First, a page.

To be fair to the drama, the quiet work led by impassioned performances does make it a powerful and provocative movie and has one of the best scores of the year, eloquently written by Howard Shore. The greatness comes from this shocking and true story that is captured highly well by all involved. The film hits your discomfort and shocks you with the idea that a child’s safety is second to the reputation of priests and the Church. In fact, the worst ideal here is that folks you thought you trusted – teachers, vicars, police, and authorities – allowed children to get abused and hide it.

As indignant as I can get that Spotlight scooped up the best picture, I should be more vehemently mad that generations of children have had their innocence, trust, and lives taken from them. That is what we should all be angry about.


Now You See Me 2 – Brand New Trailer!

It does seem like there are a lot of sequels and reboots out there. Yawn. It’s as though Hollywood has run out of ideas and is piggy-backing off ideas they’ve already made successful. There is a magical fountain of original ideas that Hollywood to pool ideas from but it’s like they have no faith in unique ideas and new writers that they have tokeep churning our sequels like this.

Exactly one year after outing the BFI, The Four Horseman are back as special illusionists (except Isla Fisher has been replaced by Lizzy Caplan, which is a cracking!) After exposing the unethical practices of a tech magnate, they are threatened by a tech prodigy, they are pushed into their most difficult heist yet!

Now You See Me 2 looks kind of fun and exhilarating like the prior film and has a fantastic cast at the centre of it. It may not be a completely necessary film but could be some mindless magic.

Now You See Me 2 is out June

Infinitely Polar Bear (2014) – Review

Mental illness in film is a really hard thing to depict because every single experience is different, there is still large stigma around it, and it is hard to equate someone’s suffering when you haven’t suffered something similar. Many of the more successful movies intricately weave their own backstory in order to provide an insight to people plighted by a mental disease and how they move forward with their struggles. Maya Forbes, in her directorial debut, enthuses her own past with this saccrine yet sensitive film – Infinitely Polar Bear.

Infinitely Polar Bear revolves around a family of four whose father Cam is suffering from bipolar disorder. After a manic episode, mother Maggie decides it’s best for them to separate and takes their daughters Amelia and Faith whilst Cam gets rehab. Unfortunately, finances are slim and Maggie decides to enter a business school for eighteen months in order to get qualifications and a better job. Cam is left in charge of Amelia and Maggie in this sweet portrait of living with mental illness whilst trying to raise a family.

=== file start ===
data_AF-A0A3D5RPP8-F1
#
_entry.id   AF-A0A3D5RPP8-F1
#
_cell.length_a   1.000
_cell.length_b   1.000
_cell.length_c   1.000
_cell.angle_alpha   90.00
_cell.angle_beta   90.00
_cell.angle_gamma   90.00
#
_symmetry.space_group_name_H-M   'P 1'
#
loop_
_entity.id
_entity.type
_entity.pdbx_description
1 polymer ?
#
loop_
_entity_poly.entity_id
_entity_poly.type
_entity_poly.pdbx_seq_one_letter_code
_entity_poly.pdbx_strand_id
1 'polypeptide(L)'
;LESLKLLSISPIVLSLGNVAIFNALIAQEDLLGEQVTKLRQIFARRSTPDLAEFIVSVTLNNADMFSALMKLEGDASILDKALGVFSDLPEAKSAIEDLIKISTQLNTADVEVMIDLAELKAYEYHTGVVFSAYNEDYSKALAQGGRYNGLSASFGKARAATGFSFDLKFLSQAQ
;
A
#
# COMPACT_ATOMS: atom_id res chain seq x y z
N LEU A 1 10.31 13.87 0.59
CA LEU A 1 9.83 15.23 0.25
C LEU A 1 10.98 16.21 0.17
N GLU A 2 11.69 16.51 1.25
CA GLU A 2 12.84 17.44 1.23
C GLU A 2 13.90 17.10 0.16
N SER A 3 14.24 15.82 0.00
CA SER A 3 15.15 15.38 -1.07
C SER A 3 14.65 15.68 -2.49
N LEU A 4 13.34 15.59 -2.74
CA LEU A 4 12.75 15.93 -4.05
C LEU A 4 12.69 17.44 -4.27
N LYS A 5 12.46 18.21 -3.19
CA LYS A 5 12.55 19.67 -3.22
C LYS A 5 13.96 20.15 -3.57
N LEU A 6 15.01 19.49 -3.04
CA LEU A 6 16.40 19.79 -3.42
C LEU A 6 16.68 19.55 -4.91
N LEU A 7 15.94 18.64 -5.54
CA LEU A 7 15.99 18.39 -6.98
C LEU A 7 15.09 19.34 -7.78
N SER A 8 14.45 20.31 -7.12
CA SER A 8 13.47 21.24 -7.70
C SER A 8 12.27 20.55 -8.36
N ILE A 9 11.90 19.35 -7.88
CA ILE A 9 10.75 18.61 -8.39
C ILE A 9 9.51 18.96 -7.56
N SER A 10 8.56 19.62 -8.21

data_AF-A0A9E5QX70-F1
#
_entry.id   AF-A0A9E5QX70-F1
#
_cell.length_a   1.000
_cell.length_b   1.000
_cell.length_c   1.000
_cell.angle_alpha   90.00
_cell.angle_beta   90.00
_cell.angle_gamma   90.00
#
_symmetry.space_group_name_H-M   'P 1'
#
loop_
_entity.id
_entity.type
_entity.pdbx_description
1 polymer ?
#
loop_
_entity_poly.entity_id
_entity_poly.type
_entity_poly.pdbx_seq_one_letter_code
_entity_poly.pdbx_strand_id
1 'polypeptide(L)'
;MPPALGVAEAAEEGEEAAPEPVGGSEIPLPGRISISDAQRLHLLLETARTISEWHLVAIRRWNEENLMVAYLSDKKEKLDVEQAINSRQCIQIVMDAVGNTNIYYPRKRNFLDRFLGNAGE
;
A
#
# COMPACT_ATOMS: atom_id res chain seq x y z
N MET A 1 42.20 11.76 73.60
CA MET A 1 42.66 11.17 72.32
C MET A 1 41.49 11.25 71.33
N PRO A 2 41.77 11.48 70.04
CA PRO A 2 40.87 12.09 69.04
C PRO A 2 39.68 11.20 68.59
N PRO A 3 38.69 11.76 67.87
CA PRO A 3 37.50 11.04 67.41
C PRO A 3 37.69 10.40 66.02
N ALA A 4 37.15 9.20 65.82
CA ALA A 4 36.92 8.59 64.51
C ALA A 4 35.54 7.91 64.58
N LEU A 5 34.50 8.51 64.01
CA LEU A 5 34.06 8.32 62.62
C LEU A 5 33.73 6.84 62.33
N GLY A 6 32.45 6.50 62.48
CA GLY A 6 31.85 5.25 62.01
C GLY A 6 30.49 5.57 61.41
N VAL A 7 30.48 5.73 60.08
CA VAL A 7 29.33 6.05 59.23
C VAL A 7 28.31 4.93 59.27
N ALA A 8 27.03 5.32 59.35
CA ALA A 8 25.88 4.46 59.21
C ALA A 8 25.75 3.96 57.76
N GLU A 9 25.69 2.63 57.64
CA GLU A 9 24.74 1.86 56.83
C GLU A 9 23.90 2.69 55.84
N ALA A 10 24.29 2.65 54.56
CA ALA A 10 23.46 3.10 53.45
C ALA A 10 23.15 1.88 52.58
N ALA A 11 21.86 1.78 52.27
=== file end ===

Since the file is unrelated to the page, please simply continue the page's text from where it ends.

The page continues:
There isn’t a review of this film that doesn’t start, or at least mention, Mark Ruffalo as one of the greatest actors on the planet. That’s because it’s true. It’s so true that sometimes just looking at his face makes you quake with anger at how bloody brilliant he is (my breast constantly quiver with jealousy.) As Dan, Ruffalo is this treasure of a performer whose kinetic energy drives this near pitch-perfect depiction of bipolar. Able to handle the mania with the depression, the normalised states and the extremes, Ruffalo’s nuanced performance is breathtakingly real, poignant, and human. Forbe’s real lie daughter Imogene Wolodarsky and Ashley Aufderheide as daughters Faith and Amelia are treasures despite having no prior acting experience. They are charming, funny, and ferocious, adding innocence and chemistry alongside Ruffalo’s performance. Don’t forget Zoe Salanda who is steadfast as mother Maggie, trying to accumulate stability for her family.

Forbes delicate script and story-telling is remarkable, drawing on her own experience with her father to tell the tale. Perhaps using her own history as the backbone for this film elevates it into one of the greatest because it never relies on clichés nor skim over the facts to be an Oscar-bait movie on mental illness. Instead, Forbes takes you into this world where these daughters and this father try to get along despite their differences. The biggest dramatic point is each other’s lack of understanding – the daughters who can’t understand their fathers “eccentricity” and a father who can’t get why things keep falling apart and his daughters hate him. The art of getting it right is depicting both the character’s growth is never assigning blame. Dan is not a heinous father, whittling away their innocence because of his bipolar nor are the children bratty for getting frustrated at their situation. Similarly, Maggie isn’t abhorrent for choosing to educate herself to provide for all of them in the future. Whilst there are tensions and extremities here, Forbes intellectually makes Infinitely Polar Bear a charming exploration of this different family but never scrutinises anyone involved.

A tender, sophisticated movie that has a big heart, Forbes has done wonders by introspectively weaving the emotion of her past and enhancing it gloriously for the screen. The aspect of a chaotic family still brimming with unconditional love gifts this movie a poetic weight that is life-affirming, warming, and humorous too. The warmth radiated from this explicitly good family unit, if albeit dysfunctional, allows Infinitely Polar Bear to work without exploiting mental illness. With some impressive, realistic performances, led by Mark Ruffalo, the film is a high-note for Forbes in a glorious directorial debut. Make sure you catch this impressive feature.